Just the job for Kathmandu training
Vocational training center a dream come true for Nepal's Salesians
February 4, 2011
As the Salesians were looking ahead in 2000, they had bought a two-hectare chicken farm to supplement the expansion of their work, said Father Benjamin Pampackel, rector of the Salesian community in Kathmandu.
Since 1992, when the first Salesian priest started working in Dharan in eastern Nepal, the Nepal Don Bosco Society had only been providing formal education through high schools, hostels, tuition centers and student scholarships.
After the Don Bosco Vocational Institute complex that is currently being built is scheduled to be finished in July, the Salesians can provide vocational skills training at the center which will also host a hostel for students and staff quarters. The main building will include nine laboratories, six classrooms, an assembly hall, offices, a conference hall and a library.
“We will provide vocational and technical skills and also give hope to the poor or even school dropouts who may be talented in technical work. The complex will provide a one-year training to boys and girls in eight trades,” said Father Pampackel.
The eight vocational training areas comprise of modern office management, fashion designing and dressmaking, electronics, electrical maintenance, welding and fabrication, computer training and automobile mechanic and driving.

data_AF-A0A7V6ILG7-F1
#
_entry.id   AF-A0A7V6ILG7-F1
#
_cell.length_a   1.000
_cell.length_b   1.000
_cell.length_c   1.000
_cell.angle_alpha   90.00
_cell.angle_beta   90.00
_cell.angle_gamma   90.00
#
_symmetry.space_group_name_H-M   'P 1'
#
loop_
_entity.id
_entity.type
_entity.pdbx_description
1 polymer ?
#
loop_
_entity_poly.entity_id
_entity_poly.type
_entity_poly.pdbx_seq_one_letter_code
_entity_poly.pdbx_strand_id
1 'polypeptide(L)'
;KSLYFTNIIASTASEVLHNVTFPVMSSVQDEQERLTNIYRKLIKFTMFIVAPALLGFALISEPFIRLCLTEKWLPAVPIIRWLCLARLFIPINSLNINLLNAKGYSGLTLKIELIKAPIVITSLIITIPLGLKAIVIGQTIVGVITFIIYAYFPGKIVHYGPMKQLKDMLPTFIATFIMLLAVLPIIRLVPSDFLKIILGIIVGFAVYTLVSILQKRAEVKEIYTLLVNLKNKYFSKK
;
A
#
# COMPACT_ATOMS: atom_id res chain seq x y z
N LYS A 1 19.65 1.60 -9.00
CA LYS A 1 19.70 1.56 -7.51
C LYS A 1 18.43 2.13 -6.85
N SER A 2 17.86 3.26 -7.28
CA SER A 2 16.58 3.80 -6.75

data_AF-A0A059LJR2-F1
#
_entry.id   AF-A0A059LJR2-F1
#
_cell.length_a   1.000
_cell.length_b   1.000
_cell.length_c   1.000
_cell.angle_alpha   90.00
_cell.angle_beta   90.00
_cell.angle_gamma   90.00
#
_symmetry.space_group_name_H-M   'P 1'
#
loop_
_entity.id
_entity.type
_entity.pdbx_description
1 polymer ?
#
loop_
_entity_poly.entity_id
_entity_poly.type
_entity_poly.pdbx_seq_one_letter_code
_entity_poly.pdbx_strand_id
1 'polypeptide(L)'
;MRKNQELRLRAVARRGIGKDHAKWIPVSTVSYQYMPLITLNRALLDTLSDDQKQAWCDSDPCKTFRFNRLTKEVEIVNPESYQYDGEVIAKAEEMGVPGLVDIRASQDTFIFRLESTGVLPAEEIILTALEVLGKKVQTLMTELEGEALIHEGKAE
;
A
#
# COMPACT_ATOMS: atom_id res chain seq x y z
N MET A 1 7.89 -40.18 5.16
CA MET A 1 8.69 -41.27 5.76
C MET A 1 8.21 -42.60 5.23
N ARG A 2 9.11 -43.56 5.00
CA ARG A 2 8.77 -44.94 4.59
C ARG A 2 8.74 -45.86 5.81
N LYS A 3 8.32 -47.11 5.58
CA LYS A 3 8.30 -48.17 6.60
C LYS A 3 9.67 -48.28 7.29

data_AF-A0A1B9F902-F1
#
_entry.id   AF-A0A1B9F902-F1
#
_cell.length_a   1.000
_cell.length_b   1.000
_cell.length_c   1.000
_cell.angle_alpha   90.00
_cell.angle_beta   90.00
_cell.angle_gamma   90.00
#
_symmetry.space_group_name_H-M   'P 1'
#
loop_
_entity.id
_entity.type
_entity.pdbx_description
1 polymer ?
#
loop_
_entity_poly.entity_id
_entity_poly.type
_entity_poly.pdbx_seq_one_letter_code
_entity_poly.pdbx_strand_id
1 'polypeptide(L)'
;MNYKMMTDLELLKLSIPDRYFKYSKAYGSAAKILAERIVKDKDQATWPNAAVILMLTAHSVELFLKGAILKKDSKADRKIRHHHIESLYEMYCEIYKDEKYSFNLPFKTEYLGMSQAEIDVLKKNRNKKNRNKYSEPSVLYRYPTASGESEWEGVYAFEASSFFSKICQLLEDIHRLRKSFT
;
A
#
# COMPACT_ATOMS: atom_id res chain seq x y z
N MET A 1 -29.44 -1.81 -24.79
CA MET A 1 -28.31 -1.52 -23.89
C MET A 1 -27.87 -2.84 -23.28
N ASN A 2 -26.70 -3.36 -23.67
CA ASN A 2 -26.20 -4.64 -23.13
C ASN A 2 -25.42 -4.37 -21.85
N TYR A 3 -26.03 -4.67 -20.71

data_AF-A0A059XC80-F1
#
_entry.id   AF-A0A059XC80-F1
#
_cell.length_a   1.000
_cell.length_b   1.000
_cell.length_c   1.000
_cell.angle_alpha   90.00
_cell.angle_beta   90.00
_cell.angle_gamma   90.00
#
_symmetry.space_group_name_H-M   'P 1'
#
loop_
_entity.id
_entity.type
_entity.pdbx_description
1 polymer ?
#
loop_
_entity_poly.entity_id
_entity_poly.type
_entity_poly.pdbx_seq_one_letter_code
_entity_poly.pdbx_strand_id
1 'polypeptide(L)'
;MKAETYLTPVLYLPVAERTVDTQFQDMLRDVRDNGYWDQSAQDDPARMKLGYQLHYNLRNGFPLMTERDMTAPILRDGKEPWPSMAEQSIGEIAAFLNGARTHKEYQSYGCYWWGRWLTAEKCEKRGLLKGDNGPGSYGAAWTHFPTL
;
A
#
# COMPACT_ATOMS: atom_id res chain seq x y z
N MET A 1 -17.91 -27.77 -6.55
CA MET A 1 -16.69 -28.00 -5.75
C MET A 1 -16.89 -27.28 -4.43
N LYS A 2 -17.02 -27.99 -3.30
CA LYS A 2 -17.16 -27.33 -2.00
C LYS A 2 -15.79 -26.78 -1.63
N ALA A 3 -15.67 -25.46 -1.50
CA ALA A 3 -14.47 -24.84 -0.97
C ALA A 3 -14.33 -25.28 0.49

Around 270 youths aged 15 to 25 years are estimated to benefit from the vocational complex each year. The hostel will house 80 girls and boys, perhaps from remote villages, said Father Pampackel.
“Even before this construction started we have been running an informal computer training program under tin sheds for youths and some training in welding and carpentry. Now with the new buildings we will start a formal vocational technical training program with government recognition.”
Apart from that we have also been operating a tuition center for over 200 children in the neighborhood to ensure that they do well in their schools, said Salesian Brother Polycarp Ekka, who is involved in supervising the carpentry and welding of chairs and computer tables for the new institute.
We have been providing textbooks, schools fees and even school uniforms for the poor ones, Brother Ekka said.
“We will send out notices for appropriate trainee admissions to all parishes and Catholic institutions of Nepal as we are scheduled to start in July,” said Salesian Father Jaison Nedumkallel, who is overseeing the construction work in Thecho.
“I am very impressed and cannot help thinking of my own home in Rautahat district where Tharu tribals really need both formal and informal education very badly,” said Gopi Choudhary, a staff of the Nepal government’s Social Welfare Council who is currently evaluating the Salesian’s technical project.
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